From Soap Queen Blog
Fragrance oils are comprised of various synthetic and natural scent components. They include top, middle and bottom notes. Fragrance oils are beautiful on their own, but can increase in complexity when mixed with other scents. Blending fragrance oils is also a fun way to create your own signature fragrances.
Blending fragrance oils is fun, but can be tricky. Consider adding spices when cooking; some spice blends sing while others flounder. Mixing fragrance oils is similar to mixing spices and ingredients. Some fragrances simply do not smell pleasant when mixed. Notes can become muddled or disappear completely. Remember, there is not a right or wrong way to blend fragrances.Fragrance is a personal preference. What you love, other people may not and vice versa.
Consider What “Type” of Scent it is: There are several large categories of fragrance oils. These include (but are not limited to), floral, fruity, clean, masculine and sweet. A great place to start when mixing fragrances is to define the fragrance oil you are wanting to blend. A great tip to make blending easier is to organize your fragrance oil collection by scent type. This way when you are mixing, you can easily identify what general scent profile the fragrance oil contains.
Consider All the Notes in the Fragrance: The larger categories of fragrance oils (floral, fruity, clean, masculine, sweet) have numerous sub-categories. For example, citrus scents would be considered fruity. But citrus comes in many forms, from the zesty Ginger Lime Fragrance Oil to the creamy and sweet Creamsicle Cybilla Fragrance Oil. While both are fruit scents that feature citrus, one is a “clean, fresh, zesty citrus,” while the other could be considered a “sweet, creamy, foodie citrus.” It’s important to consider all the notes of a fragrance, rather than just the general category. Some fragrances may even fall into two categories, such as the Apricot Freesia Fragrance Oil. This fragrance could be considered a fruity/floral mixture.
Consider How Strong the Fragrance is: Some fragrance oils feature stronger notes than others. When blending fragrances, these strong notes may overpower fragrance oils with more subtle notes. When working with extremely strong fragrance oils, use less in the blend in order to keep the integrity of the weak scents. There is no point in mixing fragrances when one completely covers up the other!
Now that you have carefully thought about what kind of fragrance you are working with, and how strong it is, it’s time to get mixing. Some soapers may be a little nervous to blend their scents because if a blend does not turn out, the fragrance oil could be wasted. To avoid this, use very small amounts of each fragrance oil when starting the mixing process.
Using droppers, decide what amount you’d like to consider “one part.” Because some fragrance oils are heavier than others, measuring in weight keeps it consistent. When mixing fragrances to find blends for the some samples (you can find the blends here) 0.1 oz of fragrance oil is considered “one part.” Two to three fragrance oils are added to a fragrance oil safe container, at 0.1 oz each. The mixture is then swished around in the container to ensure the oils are fully blended. Then it’s time to smell! If you’re super unsure of your blend idea, you can even do ‘parts’ as small as 1 drop.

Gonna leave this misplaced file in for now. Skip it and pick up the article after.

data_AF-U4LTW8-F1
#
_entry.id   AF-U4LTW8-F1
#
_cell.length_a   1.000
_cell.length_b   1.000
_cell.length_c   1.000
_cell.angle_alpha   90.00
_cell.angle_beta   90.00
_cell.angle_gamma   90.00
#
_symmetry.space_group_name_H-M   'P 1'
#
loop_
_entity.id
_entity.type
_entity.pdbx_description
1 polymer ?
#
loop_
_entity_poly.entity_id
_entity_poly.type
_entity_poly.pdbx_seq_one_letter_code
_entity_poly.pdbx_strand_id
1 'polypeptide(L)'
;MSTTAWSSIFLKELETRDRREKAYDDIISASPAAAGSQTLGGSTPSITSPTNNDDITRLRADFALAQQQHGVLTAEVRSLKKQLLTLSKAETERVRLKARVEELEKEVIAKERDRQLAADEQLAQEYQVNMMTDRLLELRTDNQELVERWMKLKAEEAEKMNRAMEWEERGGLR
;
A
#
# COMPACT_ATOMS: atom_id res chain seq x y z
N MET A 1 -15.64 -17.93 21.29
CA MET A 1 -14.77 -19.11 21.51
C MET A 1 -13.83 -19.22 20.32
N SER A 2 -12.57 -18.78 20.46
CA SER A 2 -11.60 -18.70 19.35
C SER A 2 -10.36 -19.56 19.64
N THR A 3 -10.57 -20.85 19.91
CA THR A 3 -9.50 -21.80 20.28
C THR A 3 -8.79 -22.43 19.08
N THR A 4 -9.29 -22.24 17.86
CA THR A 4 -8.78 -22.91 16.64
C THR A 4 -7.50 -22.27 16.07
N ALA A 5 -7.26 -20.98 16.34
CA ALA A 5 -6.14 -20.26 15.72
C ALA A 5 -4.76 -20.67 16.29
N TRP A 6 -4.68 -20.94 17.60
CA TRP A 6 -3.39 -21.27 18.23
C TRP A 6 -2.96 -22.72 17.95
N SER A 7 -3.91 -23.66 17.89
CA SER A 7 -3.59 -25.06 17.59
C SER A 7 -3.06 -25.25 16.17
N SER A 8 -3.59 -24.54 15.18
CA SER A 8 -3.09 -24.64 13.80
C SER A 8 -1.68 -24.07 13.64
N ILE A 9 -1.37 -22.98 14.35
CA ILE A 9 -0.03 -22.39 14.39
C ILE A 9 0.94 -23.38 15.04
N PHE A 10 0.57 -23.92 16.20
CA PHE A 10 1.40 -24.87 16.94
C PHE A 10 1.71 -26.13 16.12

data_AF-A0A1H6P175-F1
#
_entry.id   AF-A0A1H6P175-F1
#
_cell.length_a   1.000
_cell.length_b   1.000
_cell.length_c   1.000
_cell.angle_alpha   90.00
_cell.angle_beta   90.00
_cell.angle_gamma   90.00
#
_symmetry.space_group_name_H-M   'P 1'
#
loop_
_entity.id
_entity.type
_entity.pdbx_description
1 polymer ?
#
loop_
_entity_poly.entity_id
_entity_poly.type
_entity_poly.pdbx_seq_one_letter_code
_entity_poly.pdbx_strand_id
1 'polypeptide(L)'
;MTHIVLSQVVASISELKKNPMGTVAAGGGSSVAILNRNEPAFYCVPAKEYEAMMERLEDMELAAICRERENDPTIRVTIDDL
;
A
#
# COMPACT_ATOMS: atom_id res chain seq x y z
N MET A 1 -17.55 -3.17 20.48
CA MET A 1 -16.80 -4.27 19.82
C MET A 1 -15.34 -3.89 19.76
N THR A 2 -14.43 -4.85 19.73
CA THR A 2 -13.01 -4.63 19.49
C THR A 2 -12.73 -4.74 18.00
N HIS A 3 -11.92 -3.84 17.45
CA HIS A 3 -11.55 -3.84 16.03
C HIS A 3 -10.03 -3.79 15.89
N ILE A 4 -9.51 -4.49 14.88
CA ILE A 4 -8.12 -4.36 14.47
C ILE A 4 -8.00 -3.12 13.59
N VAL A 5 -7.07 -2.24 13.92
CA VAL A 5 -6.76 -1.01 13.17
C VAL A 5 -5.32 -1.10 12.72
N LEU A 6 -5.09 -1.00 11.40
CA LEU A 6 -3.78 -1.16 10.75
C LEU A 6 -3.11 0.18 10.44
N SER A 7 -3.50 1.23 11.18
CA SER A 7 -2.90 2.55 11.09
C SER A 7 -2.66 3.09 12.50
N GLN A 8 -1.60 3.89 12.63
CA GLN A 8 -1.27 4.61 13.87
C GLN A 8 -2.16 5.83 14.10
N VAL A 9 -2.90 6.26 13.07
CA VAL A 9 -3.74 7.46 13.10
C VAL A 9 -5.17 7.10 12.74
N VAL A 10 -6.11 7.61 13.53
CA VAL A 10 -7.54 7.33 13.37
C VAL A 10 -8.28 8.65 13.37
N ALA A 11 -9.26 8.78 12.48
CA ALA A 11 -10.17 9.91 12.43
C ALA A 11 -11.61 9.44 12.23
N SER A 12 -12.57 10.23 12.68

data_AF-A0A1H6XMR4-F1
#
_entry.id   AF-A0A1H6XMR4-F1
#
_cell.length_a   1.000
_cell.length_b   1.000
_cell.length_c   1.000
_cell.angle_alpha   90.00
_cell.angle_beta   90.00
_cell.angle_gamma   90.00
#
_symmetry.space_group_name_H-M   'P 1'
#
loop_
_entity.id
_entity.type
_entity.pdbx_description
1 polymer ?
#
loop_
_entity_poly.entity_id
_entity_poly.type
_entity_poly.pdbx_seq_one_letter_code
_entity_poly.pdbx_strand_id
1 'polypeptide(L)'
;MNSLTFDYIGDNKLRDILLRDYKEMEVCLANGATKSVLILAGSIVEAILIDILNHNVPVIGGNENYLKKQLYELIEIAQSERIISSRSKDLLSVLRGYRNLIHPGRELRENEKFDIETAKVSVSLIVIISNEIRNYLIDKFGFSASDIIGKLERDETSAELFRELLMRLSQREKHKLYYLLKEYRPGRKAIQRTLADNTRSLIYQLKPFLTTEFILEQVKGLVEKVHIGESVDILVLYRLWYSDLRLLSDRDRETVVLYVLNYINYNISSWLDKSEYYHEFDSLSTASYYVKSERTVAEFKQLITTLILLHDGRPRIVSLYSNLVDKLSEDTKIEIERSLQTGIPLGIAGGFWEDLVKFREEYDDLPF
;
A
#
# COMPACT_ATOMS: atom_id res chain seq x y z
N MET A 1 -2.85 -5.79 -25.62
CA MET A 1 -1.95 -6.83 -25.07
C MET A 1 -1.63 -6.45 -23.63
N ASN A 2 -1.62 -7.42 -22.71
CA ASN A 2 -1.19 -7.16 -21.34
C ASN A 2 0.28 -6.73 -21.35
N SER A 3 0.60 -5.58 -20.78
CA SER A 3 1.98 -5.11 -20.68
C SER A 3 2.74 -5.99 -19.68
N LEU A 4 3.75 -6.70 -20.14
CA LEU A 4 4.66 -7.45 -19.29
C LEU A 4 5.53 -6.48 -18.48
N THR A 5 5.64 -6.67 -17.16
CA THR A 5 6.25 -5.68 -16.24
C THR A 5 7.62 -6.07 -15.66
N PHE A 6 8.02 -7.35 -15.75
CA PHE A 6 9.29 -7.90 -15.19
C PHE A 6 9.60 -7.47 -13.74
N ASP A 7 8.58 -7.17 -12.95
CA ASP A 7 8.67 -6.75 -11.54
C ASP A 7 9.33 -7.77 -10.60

When smelling your blend, consider these questions:
- Do the notes of the fragrances complement each other? If so, you’re on the right track. You may even be done blending! If you are in-love with your blend, it’s time to test in a real product.
- What notes are strong, and which are weak? It’s interesting how when fragrance oils are blended, the notes can completely change. Consider what notes you smell right away, and which play a background role.
- Does one fragrance oil completely overpower another? If you cannot smell one fragrance oil at all, add more one part at a time. You want the blend to be just that…a blend! One fragrance should not completely dominate the other.
- Can you smell multiple parts of all the fragrance oils? If you can smell multiple components of all the fragrance oils, this is a good thing.
Once you have smelled the blend with equal parts of each fragrance, add more fragrance (one “part” at a time) as you see fit. Keep smelling after each addition to find just the right amounts. Once you are happy with your blend, transfer the blend to a small container and label. This way you can easily re-smell the fragrance and recreate it in larger projects. Or, use the small amount of oil to make a test batch to see how the blend does in your product of choice.
Some fragrance oils tend to smell good with wide variety of scents and are my good go-to blenders. These include:
Vanilla Select Fragrance Oil: Blends well with sweet, masculine and fruity scents.
Champagne Fragrance Oil: Blends well with fruity, clean, sweet and some floral scents.
Baby Rose Fragrance Oil: Blends well with floral, fruity and some sweet scents.
Green Tea Fragrance Oil: Blends well with clean, fruity, floral and masculine scents.
10x Orange Essential Oil: Blends well with fruity, clean, sweet, masculine and floral scents. **We cannot import 10 Fold due to flashpoint, use Valencia Orange in higher concentration
Sensuous Sandalwood Fragrance Oil: Blends well with masculine, sweet and some floral scents.
Looking for more SQ blog posts about fragrance oils? Check out these posts below:
Using the Bramble Berry Fragrance Calculator
What is Fragrance Oil Made Of?
Frozen Fragrance Oils
What are Water White Fragrance Oils?
Why Did My Soap Turn Brown?
Undiluted Aroma Oils + Plastic Don’t Mix